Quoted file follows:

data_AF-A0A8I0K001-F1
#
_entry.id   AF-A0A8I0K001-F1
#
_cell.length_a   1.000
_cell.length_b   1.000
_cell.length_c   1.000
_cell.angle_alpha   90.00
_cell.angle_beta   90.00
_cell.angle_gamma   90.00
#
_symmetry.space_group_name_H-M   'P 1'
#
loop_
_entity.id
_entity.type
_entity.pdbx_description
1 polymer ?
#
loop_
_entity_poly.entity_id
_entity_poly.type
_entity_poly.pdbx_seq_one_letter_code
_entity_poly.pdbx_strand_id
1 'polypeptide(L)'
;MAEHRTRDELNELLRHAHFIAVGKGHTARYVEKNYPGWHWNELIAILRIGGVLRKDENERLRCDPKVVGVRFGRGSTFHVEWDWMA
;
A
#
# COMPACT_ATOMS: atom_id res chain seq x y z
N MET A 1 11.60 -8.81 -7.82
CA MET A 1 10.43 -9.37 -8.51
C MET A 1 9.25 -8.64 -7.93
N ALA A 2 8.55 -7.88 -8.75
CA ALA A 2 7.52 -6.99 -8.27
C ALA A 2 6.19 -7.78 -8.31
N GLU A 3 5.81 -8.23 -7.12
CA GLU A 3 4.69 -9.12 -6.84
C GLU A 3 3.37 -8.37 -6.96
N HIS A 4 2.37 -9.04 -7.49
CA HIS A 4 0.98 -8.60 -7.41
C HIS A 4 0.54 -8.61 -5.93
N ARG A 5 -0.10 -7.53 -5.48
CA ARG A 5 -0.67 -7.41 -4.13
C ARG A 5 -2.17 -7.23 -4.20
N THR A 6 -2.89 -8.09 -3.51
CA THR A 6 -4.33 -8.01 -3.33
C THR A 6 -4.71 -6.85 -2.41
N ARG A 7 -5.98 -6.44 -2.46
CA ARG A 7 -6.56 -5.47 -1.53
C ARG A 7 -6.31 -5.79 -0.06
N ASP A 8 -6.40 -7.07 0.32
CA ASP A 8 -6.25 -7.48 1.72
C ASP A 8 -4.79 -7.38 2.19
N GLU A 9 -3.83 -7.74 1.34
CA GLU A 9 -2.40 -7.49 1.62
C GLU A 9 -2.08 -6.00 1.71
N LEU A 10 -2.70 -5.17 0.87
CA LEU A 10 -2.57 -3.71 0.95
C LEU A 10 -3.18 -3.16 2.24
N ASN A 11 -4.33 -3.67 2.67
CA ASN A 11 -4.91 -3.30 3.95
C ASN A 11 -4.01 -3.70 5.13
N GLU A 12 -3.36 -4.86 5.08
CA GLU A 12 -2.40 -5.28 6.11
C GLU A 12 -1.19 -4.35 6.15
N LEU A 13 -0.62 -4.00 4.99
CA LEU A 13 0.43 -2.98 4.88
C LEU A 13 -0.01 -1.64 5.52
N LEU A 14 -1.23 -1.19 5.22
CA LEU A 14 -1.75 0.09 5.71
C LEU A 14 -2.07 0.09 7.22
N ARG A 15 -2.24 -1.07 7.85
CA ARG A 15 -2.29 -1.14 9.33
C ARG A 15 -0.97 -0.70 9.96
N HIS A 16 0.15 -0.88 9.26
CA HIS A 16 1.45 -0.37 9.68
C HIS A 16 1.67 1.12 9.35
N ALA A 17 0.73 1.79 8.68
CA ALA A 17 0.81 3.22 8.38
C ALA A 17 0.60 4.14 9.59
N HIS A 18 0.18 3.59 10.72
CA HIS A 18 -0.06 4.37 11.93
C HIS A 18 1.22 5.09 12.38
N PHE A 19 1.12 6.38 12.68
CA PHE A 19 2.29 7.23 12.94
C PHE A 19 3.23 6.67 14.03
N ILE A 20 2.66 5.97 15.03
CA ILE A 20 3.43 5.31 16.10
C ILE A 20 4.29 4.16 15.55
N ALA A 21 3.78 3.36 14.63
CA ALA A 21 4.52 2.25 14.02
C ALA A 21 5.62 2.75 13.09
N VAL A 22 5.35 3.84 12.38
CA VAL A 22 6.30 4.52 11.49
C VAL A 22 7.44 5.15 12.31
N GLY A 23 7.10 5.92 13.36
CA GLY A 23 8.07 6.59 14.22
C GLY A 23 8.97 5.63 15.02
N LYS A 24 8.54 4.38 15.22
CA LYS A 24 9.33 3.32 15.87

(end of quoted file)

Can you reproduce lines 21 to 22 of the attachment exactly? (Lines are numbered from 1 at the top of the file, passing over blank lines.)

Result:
_entity_poly.entity_id
_entity_poly.type